Government official calls for Australians to take care of native animals

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Australian Governor-General Peter Cosgrove (R) stands with China's President Xi Jinping and his wife Peng Liyuan, as she holds a wombat in the grounds of Government House in Canberra November 17, 2014. Xi is on a three-day official visit to Australia. Reuters/David Gray

Amid debates about whether or not kangaroos, wombats and koalas belong in the nation’s living rooms, a government official urged Australians to take care of native animals at home. Keeping animals as pets is said to be an act of patriotism.

Gregory Andrews, a government official who works on preventing extinctions of Australia animals, said residents should be allowed to have some native animals at home instead of keeping invasive species like dogs, rabbits and cats. He believes it would be “patriotic” for Australians to take in animals that “define who we are as a nation”.

“I can’t think of anything more patriotic than choosing to own an Australian animal,” Andrews told the Australian newspaper. He noted that if people can spend money on a designer poodle, it means they would also have the ability to keep an endangered orange-bellied parrot. That way, families can help in the conservation of these species.

But Andrews’ recent remarks were slammed by animal right groups that believe kangaroos will “trash” houses. Some who oppose the proposal are those who have experienced keeping such creatures at homes.

These include Richard Woodman and his wife Kerstin Schweth. The couple, who lives in a small town of Robertson, opposes the commissioner’s proposal. “They might be cute and cuddly when they’re little but they will trash your house once they grow up,” Woodman told the Telegraph.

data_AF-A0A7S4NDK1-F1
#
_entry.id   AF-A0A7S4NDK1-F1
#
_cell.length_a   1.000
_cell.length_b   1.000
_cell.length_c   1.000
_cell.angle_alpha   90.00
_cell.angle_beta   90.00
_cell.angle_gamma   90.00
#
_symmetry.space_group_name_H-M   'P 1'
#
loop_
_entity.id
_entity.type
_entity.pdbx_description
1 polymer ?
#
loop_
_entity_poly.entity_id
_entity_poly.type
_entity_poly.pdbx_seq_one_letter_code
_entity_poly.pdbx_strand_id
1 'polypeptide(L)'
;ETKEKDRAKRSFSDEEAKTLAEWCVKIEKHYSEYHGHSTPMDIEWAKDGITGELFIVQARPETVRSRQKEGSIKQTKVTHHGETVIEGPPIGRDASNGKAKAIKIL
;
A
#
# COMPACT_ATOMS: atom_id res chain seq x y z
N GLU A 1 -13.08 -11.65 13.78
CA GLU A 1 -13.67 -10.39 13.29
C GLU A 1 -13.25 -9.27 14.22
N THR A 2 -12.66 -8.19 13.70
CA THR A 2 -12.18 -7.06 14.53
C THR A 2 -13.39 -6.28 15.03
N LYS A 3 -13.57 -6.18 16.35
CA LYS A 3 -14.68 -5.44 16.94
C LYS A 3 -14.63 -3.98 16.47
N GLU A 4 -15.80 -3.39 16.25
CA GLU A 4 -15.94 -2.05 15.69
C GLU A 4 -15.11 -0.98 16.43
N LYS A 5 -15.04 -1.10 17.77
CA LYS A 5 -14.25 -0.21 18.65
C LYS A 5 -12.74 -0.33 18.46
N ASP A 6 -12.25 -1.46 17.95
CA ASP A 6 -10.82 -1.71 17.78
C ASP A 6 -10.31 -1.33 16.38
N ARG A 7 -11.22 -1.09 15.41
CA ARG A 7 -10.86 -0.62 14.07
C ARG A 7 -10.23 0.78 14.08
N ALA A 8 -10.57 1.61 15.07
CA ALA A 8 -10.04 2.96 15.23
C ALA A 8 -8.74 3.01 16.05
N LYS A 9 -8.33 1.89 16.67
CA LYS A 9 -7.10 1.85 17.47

Woodman and Schweth currently have a wombat, a tiny eastern grey kangaroo and a kangaroo-like wallaroo in their home. The couple has been allowed to take care of these species because they are authorised carers for injured and orphaned animals.

But they do not plan to keep these animals at home forever. Woodman and Schweth will reportedly return these orphaned creatures to the wild when they are rehabilitated.

Woodman points that these types of species need significantly more care than cats and dogs. “A wombat will tear the chair off a wooden table or tear through a flyscreen. A kangaroo could attack you if they became dependent on human feedings and then it’s not given,” he explained.

Schweth maintained that native animals do not belong to the living room, but in the wild. She said they are like children who require a lot of attention as they pee and poop on everything. Currently, several states in the Land Down Under allow different native birds, reptiles and amphibians to be kept domestically, though a licence is required in some cases.

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